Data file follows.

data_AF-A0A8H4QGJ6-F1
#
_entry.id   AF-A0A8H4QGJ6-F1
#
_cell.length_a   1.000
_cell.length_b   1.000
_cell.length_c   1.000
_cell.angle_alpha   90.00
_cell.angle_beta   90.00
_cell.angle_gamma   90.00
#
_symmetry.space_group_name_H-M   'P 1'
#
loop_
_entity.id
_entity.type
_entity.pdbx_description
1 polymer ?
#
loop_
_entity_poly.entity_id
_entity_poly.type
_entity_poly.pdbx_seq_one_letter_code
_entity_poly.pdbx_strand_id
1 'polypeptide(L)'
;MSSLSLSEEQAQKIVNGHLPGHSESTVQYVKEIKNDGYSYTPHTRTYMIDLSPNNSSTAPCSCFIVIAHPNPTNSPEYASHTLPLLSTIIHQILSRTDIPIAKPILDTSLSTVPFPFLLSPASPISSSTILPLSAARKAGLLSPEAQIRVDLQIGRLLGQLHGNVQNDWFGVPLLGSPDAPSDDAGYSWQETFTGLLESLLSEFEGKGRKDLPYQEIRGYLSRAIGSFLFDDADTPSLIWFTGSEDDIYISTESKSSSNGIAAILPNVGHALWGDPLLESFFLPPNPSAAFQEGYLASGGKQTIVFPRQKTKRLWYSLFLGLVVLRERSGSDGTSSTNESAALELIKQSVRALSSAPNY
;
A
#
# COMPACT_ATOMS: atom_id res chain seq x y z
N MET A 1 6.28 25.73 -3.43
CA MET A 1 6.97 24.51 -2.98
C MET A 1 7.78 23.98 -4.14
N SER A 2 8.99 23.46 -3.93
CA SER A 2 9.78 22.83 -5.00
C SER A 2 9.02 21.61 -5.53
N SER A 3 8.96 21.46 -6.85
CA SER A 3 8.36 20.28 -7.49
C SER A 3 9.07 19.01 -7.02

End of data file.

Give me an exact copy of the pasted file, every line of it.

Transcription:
data_AF-A0A8H4QGJ6-F1
#
_entry.id   AF-A0A8H4QGJ6-F1
#
_cell.length_a   1.000
_cell.length_b   1.000
_cell.length_c   1.000
_cell.angle_alpha   90.00
_cell.angle_beta   90.00
_cell.angle_gamma   90.00
#
_symmetry.space_group_name_H-M   'P 1'
#
loop_
_entity.id
_entity.type
_entity.pdbx_description
1 polymer ?
#
loop_
_entity_poly.entity_id
_entity_poly.type
_entity_poly.pdbx_seq_one_letter_code
_entity_poly.pdbx_strand_id
1 'polypeptide(L)'
;MSSLSLSEEQAQKIVNGHLPGHSESTVQYVKEIKNDGYSYTPHTRTYMIDLSPNNSSTAPCSCFIVIAHPNPTNSPEYASHTLPLLSTIIHQILSRTDIPIAKPILDTSLSTVPFPFLLSPASPISSSTILPLSAARKAGLLSPEAQIRVDLQIGRLLGQLHGNVQNDWFGVPLLGSPDAPSDDAGYSWQETFTGLLESLLSEFEGKGRKDLPYQEIRGYLSRAIGSFLFDDADTPSLIWFTGSEDDIYISTESKSSSNGIAAILPNVGHALWGDPLLESFFLPPNPSAAFQEGYLASGGKQTIVFPRQKTKRLWYSLFLGLVVLRERSGSDGTSSTNESAALELIKQSVRALSSAPNY
;
A
#
# COMPACT_ATOMS: atom_id res chain seq x y z
N MET A 1 6.28 25.73 -3.43
CA MET A 1 6.97 24.51 -2.98
C MET A 1 7.78 23.98 -4.14
N SER A 2 8.99 23.46 -3.93
CA SER A 2 9.78 22.83 -5.00
C SER A 2 9.02 21.61 -5.53
N SER A 3 8.96 21.46 -6.85
CA SER A 3 8.36 20.28 -7.49
C SER A 3 9.07 19.01 -7.02